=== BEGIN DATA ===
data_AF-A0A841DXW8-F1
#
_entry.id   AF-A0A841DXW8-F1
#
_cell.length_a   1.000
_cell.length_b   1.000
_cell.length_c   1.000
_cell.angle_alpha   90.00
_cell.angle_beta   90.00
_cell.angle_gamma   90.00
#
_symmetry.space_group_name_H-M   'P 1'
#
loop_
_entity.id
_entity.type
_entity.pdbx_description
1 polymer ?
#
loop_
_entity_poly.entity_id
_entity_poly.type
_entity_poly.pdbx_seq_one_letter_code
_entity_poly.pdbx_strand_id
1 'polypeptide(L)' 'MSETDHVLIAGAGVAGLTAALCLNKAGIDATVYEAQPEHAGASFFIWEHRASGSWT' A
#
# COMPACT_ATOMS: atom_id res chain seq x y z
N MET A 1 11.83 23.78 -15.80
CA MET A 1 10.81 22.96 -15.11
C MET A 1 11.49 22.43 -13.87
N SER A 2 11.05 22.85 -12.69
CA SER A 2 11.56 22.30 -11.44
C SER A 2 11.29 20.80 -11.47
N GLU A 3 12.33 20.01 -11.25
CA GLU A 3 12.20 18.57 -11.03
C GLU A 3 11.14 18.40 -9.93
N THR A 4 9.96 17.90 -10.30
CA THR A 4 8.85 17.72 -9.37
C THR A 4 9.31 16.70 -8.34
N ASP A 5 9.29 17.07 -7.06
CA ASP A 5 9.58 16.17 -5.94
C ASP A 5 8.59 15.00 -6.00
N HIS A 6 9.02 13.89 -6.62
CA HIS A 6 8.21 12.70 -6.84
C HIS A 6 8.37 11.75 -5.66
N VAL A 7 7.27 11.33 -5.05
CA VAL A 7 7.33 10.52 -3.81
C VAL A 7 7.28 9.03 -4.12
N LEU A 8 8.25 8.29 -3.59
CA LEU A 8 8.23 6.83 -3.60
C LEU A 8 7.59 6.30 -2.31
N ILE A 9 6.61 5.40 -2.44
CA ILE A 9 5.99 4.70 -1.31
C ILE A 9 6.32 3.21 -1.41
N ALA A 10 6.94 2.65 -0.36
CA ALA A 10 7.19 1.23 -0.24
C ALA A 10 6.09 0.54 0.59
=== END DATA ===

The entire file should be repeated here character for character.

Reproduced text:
data_AF-A0A841DXW8-F1
#
_entry.id   AF-A0A841DXW8-F1
#
_cell.length_a   1.000
_cell.length_b   1.000
_cell.length_c   1.000
_cell.angle_alpha   90.00
_cell.angle_beta   90.00
_cell.angle_gamma   90.00
#
_symmetry.space_group_name_H-M   'P 1'
#
loop_
_entity.id
_entity.type
_entity.pdbx_description
1 polymer ?
#
loop_
_entity_poly.entity_id
_entity_poly.type
_entity_poly.pdbx_seq_one_letter_code
_entity_poly.pdbx_strand_id
1 'polypeptide(L)' 'MSETDHVLIAGAGVAGLTAALCLNKAGIDATVYEAQPEHAGASFFIWEHRASGSWT' A
#
# COMPACT_ATOMS: atom_id res chain seq x y z
N MET A 1 11.83 23.78 -15.80
CA MET A 1 10.81 22.96 -15.11
C MET A 1 11.49 22.43 -13.87
N SER A 2 11.05 22.85 -12.69
CA SER A 2 11.56 22.30 -11.44
C SER A 2 11.29 20.80 -11.47
N GLU A 3 12.33 20.01 -11.25
CA GLU A 3 12.20 18.57 -11.03
C GLU A 3 11.14 18.40 -9.93
N THR A 4 9.96 17.90 -10.30
CA THR A 4 8.85 17.72 -9.37
C THR A 4 9.31 16.70 -8.34
N ASP A 5 9.29 17.07 -7.06
CA ASP A 5 9.58 16.17 -5.94
C ASP A 5 8.59 15.00 -6.00
N HIS A 6 9.02 13.89 -6.62
CA HIS A 6 8.21 12.70 -6.84
C HIS A 6 8.37 11.75 -5.66
N VAL A 7 7.27 11.33 -5.05
CA VAL A 7 7.33 10.52 -3.81
C VAL A 7 7.28 9.03 -4.12
N LEU A 8 8.25 8.29 -3.59
CA LEU A 8 8.23 6.83 -3.60
C LEU A 8 7.59 6.30 -2.31
N ILE A 9 6.61 5.40 -2.44
CA ILE A 9 5.99 4.70 -1.31
C ILE A 9 6.32 3.21 -1.41
N ALA A 10 6.94 2.65 -0.36
CA ALA A 10 7.19 1.23 -0.24
C ALA A 10 6.09 0.54 0.59